With company coming to stay a week, off and on, Christmas dinner and other meals to plan and prepare, a house to put to rights, I naturally went to work stringing Christmas lights everywhere. With Christmas decorations to look at, who would notice the messy house?
I pulled out all the light strings from the attic boxes where they have been stored for years... I have not felt motivated to decorate for the holidays for some time. Testing all the strings, I found more than I expected to be in working order. I strung lights on the spruce tree outside the front door, on all the plants in the greenhouse/jungleroom, up and down the hall and in every bedroom, up the stairs, over windows... and still I had a netting of colored lights to go somewhere, but where? I needed something lit up in the back yard that could be seen from the kitchen window. But the linden tree is way too big, the Japanese maple way too small, and the apple tree too spindly.
Johnny suggested the round patio table from Dad's place that has been sitting next to the shop ever since we brought it from Dad's after his passing two and a half years ago. I didn't think a lit up table would be very impressive. Mom and Dad had a big umbrella that fit down through a hole in the table and into a hole in their patio. We had picnics under that umbrella at their house.... such fond memories.
The umbrella! Where was it?
We both remembered we had put it, for safe keeping, in the rafters of the horse barn. I hiked out there and pulled it down, bouncing it on the floor as I did. Out poured about a thousand flies that had been happily asleep for the winter in the warm folds of the umbrella. And one bat. All hit the floor. The bat seemed stunned, but alive. I smashed the flies and left the bat to recover on its own. (It did and later flew off.)
Back I trudged to the table by the shop. "Where is the extension pole?" Johnny asked. I didn't know we needed one and I was tired of trekking to the barn, so he went and came back with the pole. We set up the umbrella and table, threw the light netting over it, plugged it in, dragged a bench nearby and posed my stuffed snowman on the bench. I took a photo and called the decorating over. Time to actually get ready for Christmas and for company. Nothing like a rapidly approaching deadline to get me moving fast.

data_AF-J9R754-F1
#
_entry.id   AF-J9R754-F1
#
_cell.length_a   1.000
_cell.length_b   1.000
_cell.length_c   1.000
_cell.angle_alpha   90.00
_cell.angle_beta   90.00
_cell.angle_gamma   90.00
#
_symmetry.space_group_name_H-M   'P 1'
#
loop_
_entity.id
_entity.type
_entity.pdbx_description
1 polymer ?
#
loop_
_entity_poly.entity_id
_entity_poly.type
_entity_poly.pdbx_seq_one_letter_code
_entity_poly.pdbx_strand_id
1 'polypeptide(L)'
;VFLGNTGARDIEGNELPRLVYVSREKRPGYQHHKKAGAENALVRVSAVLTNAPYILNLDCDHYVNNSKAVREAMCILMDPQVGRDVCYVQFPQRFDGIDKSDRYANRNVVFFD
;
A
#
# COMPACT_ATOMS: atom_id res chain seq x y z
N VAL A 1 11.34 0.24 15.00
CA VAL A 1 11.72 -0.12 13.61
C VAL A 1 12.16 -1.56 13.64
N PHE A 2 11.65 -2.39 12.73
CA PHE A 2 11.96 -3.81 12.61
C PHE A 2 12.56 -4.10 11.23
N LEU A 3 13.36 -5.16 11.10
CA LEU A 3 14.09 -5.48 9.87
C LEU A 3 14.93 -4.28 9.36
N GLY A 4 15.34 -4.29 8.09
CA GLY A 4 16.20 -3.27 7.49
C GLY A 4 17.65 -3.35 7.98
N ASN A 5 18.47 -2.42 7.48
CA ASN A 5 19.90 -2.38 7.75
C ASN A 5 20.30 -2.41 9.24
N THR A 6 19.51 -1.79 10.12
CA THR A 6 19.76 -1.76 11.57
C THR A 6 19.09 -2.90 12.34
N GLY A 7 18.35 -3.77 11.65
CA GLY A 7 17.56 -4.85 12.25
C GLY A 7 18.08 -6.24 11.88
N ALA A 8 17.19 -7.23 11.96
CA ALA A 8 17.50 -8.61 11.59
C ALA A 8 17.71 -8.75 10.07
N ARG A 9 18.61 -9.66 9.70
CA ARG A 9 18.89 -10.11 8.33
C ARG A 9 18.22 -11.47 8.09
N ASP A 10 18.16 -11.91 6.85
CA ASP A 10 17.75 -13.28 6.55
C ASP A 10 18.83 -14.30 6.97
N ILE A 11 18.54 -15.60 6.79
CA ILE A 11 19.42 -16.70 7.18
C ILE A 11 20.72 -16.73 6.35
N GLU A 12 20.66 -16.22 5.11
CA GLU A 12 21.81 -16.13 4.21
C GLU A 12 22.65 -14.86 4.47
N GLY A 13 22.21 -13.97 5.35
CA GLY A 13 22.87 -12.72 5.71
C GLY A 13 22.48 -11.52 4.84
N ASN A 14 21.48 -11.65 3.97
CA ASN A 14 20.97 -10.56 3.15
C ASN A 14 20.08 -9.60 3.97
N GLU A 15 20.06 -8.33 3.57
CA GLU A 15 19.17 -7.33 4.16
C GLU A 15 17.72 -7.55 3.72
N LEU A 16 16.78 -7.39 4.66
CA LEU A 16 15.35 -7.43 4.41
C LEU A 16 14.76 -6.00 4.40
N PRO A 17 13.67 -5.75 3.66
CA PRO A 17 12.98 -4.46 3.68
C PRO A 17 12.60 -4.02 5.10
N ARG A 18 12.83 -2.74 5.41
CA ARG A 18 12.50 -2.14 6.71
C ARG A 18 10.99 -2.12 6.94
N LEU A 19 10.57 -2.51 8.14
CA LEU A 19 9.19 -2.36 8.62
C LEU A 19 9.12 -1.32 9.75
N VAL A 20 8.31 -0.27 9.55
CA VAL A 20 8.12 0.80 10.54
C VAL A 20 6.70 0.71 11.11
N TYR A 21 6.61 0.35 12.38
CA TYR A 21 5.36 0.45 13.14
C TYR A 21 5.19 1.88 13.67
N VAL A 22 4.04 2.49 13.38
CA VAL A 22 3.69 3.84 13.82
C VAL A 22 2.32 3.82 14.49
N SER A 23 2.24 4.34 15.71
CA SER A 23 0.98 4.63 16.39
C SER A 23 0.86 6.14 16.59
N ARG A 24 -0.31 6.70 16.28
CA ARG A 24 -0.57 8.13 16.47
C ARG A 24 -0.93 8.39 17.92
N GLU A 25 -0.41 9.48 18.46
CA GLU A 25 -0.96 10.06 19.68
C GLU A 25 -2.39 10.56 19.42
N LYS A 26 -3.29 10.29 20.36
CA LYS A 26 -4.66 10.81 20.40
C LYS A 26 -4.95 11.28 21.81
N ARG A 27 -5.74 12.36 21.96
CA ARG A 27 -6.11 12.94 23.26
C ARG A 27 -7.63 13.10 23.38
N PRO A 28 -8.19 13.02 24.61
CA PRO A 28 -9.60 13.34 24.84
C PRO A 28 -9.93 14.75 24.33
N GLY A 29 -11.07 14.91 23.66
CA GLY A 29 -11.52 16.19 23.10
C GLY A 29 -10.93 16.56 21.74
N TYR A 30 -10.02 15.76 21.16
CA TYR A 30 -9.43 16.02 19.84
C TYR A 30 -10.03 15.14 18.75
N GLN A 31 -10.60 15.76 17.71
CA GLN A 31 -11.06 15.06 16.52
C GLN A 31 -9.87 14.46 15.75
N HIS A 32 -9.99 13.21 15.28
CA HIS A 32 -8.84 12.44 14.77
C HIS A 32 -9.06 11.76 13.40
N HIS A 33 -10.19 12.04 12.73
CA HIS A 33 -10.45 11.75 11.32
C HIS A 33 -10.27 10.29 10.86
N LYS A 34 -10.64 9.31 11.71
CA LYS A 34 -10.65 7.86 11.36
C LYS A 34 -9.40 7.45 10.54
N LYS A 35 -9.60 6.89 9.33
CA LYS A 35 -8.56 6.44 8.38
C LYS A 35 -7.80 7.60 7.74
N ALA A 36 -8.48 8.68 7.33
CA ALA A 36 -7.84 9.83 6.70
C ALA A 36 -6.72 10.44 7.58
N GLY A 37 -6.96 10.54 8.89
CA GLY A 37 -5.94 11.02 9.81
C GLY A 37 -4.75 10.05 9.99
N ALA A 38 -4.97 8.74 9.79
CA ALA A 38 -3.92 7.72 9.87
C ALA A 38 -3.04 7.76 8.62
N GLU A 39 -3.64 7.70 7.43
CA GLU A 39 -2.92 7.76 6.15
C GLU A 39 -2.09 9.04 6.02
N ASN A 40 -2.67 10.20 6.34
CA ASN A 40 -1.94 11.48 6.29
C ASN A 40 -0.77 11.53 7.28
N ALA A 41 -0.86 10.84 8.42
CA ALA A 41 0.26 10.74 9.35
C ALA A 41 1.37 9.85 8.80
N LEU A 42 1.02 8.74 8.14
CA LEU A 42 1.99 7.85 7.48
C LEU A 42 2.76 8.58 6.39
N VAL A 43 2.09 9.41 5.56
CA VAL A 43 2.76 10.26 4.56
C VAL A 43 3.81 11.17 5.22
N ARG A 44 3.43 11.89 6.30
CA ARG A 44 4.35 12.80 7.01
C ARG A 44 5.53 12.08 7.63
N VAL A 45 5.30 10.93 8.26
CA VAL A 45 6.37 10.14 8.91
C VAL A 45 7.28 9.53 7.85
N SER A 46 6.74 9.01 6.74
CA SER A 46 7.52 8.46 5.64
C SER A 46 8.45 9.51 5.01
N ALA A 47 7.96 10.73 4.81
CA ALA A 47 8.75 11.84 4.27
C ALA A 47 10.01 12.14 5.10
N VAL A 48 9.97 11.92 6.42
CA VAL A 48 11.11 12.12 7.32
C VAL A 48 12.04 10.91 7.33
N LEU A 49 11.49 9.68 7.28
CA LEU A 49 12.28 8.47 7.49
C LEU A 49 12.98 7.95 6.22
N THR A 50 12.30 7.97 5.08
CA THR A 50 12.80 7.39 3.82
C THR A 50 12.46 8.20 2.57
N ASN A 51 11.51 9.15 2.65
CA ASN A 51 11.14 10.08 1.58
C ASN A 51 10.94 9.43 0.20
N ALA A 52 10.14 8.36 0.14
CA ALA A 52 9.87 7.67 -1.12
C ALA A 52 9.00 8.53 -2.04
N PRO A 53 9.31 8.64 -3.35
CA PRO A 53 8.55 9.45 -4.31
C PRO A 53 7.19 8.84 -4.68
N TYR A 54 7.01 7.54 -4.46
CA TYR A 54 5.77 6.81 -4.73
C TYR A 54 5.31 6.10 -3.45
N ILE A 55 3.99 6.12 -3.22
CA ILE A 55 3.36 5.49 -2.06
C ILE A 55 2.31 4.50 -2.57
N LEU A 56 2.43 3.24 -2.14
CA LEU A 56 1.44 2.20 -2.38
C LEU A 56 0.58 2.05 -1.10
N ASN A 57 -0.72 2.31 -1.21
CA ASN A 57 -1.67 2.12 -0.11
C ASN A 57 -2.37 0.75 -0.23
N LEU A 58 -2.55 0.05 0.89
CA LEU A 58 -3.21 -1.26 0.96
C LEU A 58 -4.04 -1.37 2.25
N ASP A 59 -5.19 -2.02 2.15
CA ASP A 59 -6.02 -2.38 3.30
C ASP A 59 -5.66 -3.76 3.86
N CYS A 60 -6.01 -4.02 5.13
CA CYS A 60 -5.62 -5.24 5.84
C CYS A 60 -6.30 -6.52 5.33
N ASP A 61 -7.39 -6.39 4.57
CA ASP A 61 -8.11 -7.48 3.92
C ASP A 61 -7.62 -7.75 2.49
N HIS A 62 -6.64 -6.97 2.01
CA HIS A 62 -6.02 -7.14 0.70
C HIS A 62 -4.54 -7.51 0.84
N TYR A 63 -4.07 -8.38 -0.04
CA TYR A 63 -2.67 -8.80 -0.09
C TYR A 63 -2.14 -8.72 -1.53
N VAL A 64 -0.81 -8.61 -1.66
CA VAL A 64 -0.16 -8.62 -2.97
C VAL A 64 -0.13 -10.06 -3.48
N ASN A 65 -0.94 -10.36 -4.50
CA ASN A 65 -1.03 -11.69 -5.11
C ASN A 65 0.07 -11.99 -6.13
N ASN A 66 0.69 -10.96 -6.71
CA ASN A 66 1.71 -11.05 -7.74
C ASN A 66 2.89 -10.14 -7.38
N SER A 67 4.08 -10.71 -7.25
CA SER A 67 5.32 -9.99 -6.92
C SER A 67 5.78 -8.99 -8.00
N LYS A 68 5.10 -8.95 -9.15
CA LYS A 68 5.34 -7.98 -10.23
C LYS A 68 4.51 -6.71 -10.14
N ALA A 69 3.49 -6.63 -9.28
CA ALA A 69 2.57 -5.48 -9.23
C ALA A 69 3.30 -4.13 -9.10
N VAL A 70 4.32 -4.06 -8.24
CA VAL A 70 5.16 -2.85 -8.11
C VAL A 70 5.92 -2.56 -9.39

Christmas morning, the umbrella and table were tipped over on the ground, with a large chunk pulled out of the fringe of the umbrella. The table was too close to the llama pen. We righted the table and umbrella and moved them onto the concrete pad in front of the shop, safely out of reach of curious llamas. After company arrived, grandson Kestrel agreed to pose on the bench with the snowman. Then Grandpa Johnny joined them.
But a few hours later, the whole mess was on its side again. Without the pole safely in a hole, the umbrella and table were top heavy.
As it happens, we have a hole in the concrete pad, created when we poured the pad many years ago to hold a tether ball pole. Tether ball and pole are long gone but the hole remains. We reconstructed the umbrella and table and bench and snowman with the pole in the tether ball hole. Success at last.
But by this time, the much-rained-on snowman was torn and tattered. Johnny wrapped his legs in strapping tape and I put a pair of Johnny's shorts on him.
Meanwhile, back in the house where I was supposed to be preparing Christmas dinner, the kitchen sink and bathroom tub drain were plugged. Johnny worked with a long snake without success, then squirted hot water down to hopefully dissolve whatever was plugging up the works. I really needed a shower. We really needed to wash dishes. Eventually, Kestrel's dad Steve working a plunger in the bathtub managed to free up the drain. Hooray!
Dinner was served; hostess was showered; dishes were washed. What would the holidays be without a little chaos?